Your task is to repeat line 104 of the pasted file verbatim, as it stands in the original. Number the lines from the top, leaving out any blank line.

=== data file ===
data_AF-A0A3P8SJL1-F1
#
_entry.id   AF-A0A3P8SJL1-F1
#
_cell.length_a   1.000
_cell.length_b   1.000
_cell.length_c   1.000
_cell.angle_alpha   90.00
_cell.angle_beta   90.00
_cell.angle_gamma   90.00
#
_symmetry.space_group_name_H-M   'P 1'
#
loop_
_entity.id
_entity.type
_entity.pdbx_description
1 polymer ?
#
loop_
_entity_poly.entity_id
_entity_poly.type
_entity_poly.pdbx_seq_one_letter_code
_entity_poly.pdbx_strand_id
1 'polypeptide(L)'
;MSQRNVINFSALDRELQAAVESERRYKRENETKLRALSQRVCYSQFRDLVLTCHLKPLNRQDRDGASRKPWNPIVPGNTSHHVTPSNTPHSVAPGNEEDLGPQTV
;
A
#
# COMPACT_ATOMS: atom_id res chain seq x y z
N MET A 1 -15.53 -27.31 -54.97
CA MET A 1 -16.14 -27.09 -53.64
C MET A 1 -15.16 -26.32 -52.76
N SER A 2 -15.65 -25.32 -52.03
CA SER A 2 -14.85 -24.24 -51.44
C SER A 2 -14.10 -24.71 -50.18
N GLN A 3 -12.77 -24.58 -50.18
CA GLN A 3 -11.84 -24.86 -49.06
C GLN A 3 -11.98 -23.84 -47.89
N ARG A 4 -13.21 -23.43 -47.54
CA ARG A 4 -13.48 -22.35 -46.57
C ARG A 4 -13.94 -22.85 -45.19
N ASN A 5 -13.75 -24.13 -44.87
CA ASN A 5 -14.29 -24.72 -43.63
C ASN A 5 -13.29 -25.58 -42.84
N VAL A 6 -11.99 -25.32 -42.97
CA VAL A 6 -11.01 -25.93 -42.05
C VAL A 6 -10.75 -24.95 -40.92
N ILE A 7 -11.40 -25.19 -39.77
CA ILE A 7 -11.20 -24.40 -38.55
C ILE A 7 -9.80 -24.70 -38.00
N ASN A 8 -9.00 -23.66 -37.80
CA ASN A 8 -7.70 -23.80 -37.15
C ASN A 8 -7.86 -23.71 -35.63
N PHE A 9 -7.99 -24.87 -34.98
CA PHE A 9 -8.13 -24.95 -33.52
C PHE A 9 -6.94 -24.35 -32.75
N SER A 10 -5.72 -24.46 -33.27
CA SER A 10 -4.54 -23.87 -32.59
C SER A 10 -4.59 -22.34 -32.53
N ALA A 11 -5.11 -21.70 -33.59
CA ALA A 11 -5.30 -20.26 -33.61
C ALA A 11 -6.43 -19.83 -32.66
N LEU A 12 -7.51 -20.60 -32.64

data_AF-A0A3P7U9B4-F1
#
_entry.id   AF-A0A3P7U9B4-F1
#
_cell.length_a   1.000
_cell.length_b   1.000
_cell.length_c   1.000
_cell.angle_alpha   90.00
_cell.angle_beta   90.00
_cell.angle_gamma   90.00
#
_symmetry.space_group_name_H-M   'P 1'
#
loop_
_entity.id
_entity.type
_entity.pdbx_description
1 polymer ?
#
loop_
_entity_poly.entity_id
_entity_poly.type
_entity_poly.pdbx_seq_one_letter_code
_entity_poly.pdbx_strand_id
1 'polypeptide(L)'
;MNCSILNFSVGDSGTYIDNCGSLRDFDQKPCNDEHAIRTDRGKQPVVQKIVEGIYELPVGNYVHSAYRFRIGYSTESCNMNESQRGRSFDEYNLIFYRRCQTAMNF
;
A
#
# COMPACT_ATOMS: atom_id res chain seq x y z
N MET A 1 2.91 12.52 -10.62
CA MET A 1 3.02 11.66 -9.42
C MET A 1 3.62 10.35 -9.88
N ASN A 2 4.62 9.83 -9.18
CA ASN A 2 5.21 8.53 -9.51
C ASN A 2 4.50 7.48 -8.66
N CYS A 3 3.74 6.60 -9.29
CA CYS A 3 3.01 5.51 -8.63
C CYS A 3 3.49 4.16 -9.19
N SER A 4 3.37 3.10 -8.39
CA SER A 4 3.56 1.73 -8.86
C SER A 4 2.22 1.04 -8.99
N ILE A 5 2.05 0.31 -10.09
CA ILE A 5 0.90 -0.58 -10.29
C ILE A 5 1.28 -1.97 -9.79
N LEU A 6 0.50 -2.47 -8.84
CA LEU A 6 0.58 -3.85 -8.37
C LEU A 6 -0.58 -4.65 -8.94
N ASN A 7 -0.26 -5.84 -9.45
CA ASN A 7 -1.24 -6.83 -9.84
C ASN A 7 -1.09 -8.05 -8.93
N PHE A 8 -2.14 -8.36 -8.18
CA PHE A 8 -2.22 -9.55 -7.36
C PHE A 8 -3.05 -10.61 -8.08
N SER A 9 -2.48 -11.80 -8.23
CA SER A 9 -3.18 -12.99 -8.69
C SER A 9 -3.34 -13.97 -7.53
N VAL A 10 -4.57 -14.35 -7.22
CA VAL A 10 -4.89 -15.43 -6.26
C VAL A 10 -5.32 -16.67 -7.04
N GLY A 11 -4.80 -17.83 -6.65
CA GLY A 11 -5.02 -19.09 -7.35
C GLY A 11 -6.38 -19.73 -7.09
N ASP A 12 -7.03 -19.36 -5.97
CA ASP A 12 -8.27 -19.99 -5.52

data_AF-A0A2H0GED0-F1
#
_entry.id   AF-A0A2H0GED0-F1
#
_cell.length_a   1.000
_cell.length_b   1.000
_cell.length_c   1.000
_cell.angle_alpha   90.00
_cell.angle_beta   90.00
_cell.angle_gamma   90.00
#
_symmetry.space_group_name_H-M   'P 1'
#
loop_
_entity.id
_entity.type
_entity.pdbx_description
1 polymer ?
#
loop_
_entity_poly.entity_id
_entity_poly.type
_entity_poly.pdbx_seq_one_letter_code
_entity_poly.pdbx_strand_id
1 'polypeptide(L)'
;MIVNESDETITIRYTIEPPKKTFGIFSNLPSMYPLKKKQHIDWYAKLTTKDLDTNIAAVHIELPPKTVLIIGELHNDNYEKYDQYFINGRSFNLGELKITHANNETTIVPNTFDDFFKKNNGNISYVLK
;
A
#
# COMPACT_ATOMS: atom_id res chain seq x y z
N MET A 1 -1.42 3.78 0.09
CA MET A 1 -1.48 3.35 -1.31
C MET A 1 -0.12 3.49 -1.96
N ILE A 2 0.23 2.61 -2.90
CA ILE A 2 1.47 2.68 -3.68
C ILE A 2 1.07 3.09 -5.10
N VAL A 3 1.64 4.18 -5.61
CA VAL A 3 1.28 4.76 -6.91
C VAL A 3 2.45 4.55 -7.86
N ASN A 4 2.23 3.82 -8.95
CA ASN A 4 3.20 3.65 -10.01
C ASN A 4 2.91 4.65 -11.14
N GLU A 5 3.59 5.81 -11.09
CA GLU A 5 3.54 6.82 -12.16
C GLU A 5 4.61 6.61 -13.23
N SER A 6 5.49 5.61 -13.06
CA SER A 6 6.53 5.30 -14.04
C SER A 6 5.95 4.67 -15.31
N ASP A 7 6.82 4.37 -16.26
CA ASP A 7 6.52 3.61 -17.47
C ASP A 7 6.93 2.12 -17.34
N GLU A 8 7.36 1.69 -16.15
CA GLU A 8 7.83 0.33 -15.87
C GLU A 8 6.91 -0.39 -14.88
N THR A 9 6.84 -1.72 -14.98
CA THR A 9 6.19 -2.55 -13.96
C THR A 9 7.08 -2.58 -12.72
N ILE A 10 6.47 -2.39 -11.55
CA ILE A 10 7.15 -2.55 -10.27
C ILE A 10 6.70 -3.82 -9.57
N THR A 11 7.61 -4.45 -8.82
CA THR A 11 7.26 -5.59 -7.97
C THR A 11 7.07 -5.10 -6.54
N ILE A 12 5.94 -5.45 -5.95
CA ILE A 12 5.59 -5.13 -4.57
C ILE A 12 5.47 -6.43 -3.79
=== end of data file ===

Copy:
N SER A 4 3.37 3.10 -8.39